Exhibitions at the V&A's former branch museum in Covent Garden, the Theatre Museum which closed in 2007. New galleries devoted to the performing arts opened at the V&A in South Kensington in 2009.
The Redgraves: A Family on the Public Stage
For six generations the Redgrave family have been an enduring presence on the British stage and screen. This exhibition, based on the archive of Sir Michael Redgrave (1908-1985), charted the rise of this thespian dynasty and revealed the profound changes in theatre and entertainment that mirrored their emergence as star performers and celebrities.
Kenneth MacMillan - The Outsider
This exhibition celebrated the life and work of Sir Kenneth Macmillan and explored the ways in which he obscured the boundaries of balletic and theatrical conventions. Innovative, subversive and at times highly controversial, Macmillan’s style of choreography delved deeply into the human condition and gave concrete form to the darker themes of alienation, sex and violence. Using a variety of video, photographs and costumes, this exhibition revealed the artistic influences on Macmillan, as well as the impact that he made on the role and meaning of ballet within the theatrical world
Hirschfeld: Brits on Broadway
June 2005 - October 2005
This exhibition brought together an exemplary collection of Hirschfeld’s elegant, amusing, and often wryly perceptive drawings. Hirschfeld declared that "My contribution is to take the character - created by the playwright and acted by the actor - and reinvent it for the reader". Executed in his distinctive linear calligraphic style, these works depicted British drama in America from the mid 20th century until his death in 2003, and many had not been exhibited before.
May 2005 - October 2005
'The designer thinks in terms of the fourth dimension, the passage of time, not the stage picture but the moving stage picture' (Peter Brook). Displaying the two - three dimensional preparatory materials of contemporary British theatre designers, this exhibition highlighted the behind-the-scenes processes involved in creating the ‘fourth dimension’ of performance.
Peter Brook: 'What does theatre mean to you?'
March 2005 - September 2005
In this interactive response to Peter Brook’s work, visitors were encouraged to enter a white display case containing Brook’s text The Empty Space, and write, perform, explain or draw their reply to the question "What does theatre mean to you?".
Observe and Show: The Theatre Art of Michael Annals
November 2003 - May 2005
This retrospective of the work of set and costume designer Michael Annals included drawings and models as well as the original masks for The Royal Hunt of the Sun. From 1964 until1986 Annals collaborated with many directors and dramatists on plays, opera, ballet and film including Michael Blakemore, Peter Nichols and Michael Frayn.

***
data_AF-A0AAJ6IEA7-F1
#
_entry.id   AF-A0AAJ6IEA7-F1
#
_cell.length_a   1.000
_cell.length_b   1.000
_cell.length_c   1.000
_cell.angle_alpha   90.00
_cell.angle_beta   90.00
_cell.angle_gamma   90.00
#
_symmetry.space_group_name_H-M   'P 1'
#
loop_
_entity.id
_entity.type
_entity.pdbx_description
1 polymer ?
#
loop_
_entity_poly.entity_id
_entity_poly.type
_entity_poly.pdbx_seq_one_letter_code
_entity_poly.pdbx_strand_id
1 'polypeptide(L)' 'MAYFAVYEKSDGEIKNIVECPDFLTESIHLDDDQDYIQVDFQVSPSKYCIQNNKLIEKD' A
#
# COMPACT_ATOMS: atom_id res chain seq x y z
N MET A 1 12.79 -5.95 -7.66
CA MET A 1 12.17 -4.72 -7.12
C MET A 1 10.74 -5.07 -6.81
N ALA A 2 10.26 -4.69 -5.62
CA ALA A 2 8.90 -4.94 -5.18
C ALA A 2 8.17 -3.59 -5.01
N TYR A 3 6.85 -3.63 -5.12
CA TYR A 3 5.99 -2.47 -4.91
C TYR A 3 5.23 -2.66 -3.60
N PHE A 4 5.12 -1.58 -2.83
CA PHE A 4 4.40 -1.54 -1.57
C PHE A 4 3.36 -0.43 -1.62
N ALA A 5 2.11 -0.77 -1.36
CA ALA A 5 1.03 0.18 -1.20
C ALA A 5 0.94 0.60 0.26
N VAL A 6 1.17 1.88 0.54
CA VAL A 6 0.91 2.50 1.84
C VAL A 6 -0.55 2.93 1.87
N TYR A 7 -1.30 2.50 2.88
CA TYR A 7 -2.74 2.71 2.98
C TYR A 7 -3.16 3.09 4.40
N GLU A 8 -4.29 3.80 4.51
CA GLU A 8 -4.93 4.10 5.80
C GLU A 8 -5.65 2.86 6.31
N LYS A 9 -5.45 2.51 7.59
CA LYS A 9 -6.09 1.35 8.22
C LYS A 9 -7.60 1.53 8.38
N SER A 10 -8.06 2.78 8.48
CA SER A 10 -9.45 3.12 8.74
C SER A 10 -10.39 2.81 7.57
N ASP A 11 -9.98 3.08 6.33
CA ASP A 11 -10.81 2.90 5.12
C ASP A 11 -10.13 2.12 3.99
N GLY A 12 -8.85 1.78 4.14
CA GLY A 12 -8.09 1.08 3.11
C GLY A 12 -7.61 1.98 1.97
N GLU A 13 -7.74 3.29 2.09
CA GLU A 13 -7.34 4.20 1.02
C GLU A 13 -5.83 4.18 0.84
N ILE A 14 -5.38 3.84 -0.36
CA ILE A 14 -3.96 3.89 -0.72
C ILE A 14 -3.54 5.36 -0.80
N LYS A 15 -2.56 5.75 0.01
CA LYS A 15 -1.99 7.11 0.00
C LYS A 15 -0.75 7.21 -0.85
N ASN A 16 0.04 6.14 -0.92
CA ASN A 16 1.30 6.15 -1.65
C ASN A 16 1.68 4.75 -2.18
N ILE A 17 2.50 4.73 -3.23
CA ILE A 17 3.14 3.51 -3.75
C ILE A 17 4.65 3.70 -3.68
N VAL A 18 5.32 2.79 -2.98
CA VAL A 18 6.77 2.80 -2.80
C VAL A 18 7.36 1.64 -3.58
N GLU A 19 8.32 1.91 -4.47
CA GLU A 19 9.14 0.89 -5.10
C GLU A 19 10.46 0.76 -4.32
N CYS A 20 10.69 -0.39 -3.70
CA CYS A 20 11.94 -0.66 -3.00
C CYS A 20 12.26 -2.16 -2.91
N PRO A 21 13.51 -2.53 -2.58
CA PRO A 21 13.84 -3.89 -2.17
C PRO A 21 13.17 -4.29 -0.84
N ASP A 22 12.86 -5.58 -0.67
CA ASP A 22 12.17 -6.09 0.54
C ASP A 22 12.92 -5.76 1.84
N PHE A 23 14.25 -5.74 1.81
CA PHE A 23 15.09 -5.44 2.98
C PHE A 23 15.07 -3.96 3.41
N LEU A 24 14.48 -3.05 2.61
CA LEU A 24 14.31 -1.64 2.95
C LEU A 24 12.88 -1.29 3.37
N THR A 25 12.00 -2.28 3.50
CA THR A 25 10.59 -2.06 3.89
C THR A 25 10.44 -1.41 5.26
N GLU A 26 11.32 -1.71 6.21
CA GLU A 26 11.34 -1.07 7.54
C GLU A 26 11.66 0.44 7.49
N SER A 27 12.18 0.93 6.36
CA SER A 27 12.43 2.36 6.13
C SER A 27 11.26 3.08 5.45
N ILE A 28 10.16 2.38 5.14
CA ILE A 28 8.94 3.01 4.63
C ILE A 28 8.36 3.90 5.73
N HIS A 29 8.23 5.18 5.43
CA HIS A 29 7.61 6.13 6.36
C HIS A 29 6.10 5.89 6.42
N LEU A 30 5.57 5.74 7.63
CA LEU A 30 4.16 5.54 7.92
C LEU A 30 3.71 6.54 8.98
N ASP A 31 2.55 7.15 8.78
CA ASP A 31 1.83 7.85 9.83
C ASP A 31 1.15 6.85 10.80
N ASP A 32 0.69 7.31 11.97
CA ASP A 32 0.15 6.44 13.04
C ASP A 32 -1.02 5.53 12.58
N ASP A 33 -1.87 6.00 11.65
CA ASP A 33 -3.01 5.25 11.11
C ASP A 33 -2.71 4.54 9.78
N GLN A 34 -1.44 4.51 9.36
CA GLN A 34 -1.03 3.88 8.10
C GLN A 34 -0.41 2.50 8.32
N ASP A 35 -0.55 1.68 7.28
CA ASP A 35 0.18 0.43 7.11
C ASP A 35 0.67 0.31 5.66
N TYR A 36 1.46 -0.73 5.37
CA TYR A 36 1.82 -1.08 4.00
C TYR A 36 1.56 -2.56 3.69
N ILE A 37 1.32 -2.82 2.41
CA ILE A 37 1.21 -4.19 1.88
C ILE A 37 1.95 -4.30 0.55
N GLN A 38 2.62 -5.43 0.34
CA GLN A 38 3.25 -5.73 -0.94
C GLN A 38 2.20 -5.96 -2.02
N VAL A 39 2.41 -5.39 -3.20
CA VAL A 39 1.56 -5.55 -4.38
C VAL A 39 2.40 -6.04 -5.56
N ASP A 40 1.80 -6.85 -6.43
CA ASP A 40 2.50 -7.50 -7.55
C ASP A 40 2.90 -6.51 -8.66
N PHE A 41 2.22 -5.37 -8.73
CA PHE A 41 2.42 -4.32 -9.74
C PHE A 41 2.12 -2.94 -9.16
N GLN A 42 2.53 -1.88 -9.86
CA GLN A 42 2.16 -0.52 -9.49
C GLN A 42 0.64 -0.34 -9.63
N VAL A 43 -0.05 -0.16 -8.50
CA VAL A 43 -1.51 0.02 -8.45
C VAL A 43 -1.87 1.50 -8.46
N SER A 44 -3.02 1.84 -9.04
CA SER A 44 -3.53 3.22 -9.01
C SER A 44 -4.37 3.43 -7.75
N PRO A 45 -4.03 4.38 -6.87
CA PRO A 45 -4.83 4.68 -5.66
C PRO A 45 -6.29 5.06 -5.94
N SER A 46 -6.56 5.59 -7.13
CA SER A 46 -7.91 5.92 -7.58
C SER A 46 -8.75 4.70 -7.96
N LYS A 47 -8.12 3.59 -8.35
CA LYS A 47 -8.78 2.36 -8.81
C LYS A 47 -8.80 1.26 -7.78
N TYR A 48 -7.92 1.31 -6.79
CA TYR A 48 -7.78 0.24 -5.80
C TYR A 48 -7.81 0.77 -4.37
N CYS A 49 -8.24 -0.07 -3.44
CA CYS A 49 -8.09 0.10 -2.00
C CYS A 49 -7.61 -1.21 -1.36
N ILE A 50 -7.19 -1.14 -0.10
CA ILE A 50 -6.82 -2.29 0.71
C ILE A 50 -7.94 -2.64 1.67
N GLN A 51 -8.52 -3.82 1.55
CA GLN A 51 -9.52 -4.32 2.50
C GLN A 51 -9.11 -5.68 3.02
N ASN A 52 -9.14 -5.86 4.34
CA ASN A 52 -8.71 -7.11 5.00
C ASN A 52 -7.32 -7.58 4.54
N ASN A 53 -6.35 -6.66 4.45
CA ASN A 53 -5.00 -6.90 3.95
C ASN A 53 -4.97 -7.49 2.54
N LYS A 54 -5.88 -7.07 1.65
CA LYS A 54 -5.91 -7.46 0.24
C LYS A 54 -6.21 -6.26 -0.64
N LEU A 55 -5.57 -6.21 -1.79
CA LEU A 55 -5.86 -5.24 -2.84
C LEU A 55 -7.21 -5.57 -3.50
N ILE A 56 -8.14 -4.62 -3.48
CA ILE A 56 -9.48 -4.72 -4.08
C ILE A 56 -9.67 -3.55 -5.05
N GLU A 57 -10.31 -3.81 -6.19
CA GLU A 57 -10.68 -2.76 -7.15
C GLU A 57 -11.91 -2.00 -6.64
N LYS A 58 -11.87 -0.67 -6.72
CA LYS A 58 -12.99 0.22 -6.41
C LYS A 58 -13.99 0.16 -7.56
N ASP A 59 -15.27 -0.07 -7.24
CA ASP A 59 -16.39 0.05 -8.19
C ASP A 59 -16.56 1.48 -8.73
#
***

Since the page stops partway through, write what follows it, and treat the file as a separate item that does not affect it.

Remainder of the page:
January 2003 - November 2003
This display featured costumes, designs and video and commemorated the life of one of the most exciting and charismatic dancers of the 20th century.
December 2001 - January 2003
A display of costumes worn by Margot Fonteyn celebrate the Museum’s acquisition of five of the ballerina’s costumes with the support of The Friends of Margot Fonteyn.
Drawn to Fame: Theatrical Caricatures of Gilbert Sommerlad
November 2002 - November 2003
This exhibition displayed the work of Gilbert Sommerlad whose drawings of show business stars illustrated the changes in the entertainment industry from the theatre of the 1930s, through the heyday of radio, to the popularity of television stars in the 1950s and 1960s.
Sharmanka Kinetic Theatre
July 2002 - August 2003
This exhibition showcased the massive mechanical sculptures created by Russian sculptor-mechanic Eduard Bersudsky and theatre director Tatyana Jakovskaya. The ‘kinemats’ came alive to enact funny and tragic tales of the human spirit accompanied by music, shadows, and light.
The Lamplit Stage
November 2001 - May 2002
An exhibition about the versatile Fisher family who ran a theatrical circuit in East Anglia from the late 18th Century. The exhibition celebrates the Fisher family’s generous gift of its archives to the Theatre Museum.
Let Paul Robeson Sing!: A celebration of the life of Paul Robeson
‘The artist must elect to fight for freedom or for slavery. I have made my choice, I had no alternative’ (Paul Robeson). This exhibition charted how Paul Robeson’s political convictions increasingly informed his artistic choices, as he chose to sing concerts in support of freedom.
May 2001 - June 2002
‘We stepped into a world of life-size puppets which we could control, bean bag models, a maze made out of tape measures and a fluorescent flying saucer.’ This was one young visitor’s description of an interactive exhibition put on at the Theatre Museum in 2001 by the innovative children’s theatre company Theatre-Rites.
The Leacroft Legacy
Original ‘cut away’ drawings and watercolours of theatre buildings, from Ancient Greece to the present, by the late Richard Leacroft, whose archive his family donated to the Museum.
Opera in Britain
A display tracing the establishment of an opera tradition in the UK. It highlighted costumes from English National Opera productions including David Blight’s ‘punk’ Sphinx from Greek, and a recent gift of 18th century style costumes by David Walker for Der Rosenkavalier in 1975. Another section traced the establishment of a permanent opera company in Covent Garden.